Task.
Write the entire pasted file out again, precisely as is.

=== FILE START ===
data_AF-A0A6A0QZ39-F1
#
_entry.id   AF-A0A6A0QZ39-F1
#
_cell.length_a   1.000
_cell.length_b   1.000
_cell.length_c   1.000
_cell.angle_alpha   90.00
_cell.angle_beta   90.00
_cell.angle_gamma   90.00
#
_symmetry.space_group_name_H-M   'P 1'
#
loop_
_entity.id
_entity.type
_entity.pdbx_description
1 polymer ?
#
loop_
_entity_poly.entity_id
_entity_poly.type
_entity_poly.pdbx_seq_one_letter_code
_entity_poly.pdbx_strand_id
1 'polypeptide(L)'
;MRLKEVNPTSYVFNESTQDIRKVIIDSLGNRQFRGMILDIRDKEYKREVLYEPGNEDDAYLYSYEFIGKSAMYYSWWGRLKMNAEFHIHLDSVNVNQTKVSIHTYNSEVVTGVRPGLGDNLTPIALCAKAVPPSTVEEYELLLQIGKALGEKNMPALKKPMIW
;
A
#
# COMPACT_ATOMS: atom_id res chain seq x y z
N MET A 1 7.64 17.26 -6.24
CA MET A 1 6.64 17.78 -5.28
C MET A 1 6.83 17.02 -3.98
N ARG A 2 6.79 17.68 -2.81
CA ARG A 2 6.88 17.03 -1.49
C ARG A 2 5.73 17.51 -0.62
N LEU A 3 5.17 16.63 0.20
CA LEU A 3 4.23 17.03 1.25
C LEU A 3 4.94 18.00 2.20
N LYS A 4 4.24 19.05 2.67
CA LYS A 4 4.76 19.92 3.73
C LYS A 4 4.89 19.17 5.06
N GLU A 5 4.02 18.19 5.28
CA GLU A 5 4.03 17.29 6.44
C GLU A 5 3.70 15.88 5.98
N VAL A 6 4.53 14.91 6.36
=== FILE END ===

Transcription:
data_AF-A0A6A0QZ39-F1
#
_entry.id   AF-A0A6A0QZ39-F1
#
_cell.length_a   1.000
_cell.length_b   1.000
_cell.length_c   1.000
_cell.angle_alpha   90.00
_cell.angle_beta   90.00
_cell.angle_gamma   90.00
#
_symmetry.space_group_name_H-M   'P 1'
#
loop_
_entity.id
_entity.type
_entity.pdbx_description
1 polymer ?
#
loop_
_entity_poly.entity_id
_entity_poly.type
_entity_poly.pdbx_seq_one_letter_code
_entity_poly.pdbx_strand_id
1 'polypeptide(L)'
;MRLKEVNPTSYVFNESTQDIRKVIIDSLGNRQFRGMILDIRDKEYKREVLYEPGNEDDAYLYSYEFIGKSAMYYSWWGRLKMNAEFHIHLDSVNVNQTKVSIHTYNSEVVTGVRPGLGDNLTPIALCAKAVPPSTVEEYELLLQIGKALGEKNMPALKKPMIW
;
A
#
# COMPACT_ATOMS: atom_id res chain seq x y z
N MET A 1 7.64 17.26 -6.24
CA MET A 1 6.64 17.78 -5.28
C MET A 1 6.83 17.02 -3.98
N ARG A 2 6.79 17.68 -2.81
CA ARG A 2 6.88 17.03 -1.49
C ARG A 2 5.73 17.51 -0.62
N LEU A 3 5.17 16.63 0.20
CA LEU A 3 4.23 17.03 1.25
C LEU A 3 4.94 18.00 2.20
N LYS A 4 4.24 19.05 2.67
CA LYS A 4 4.76 19.92 3.73
C LYS A 4 4.89 19.17 5.06
N GLU A 5 4.02 18.19 5.28
CA GLU A 5 4.03 17.29 6.44
C GLU A 5 3.70 15.88 5.98
N VAL A 6 4.53 14.91 6.36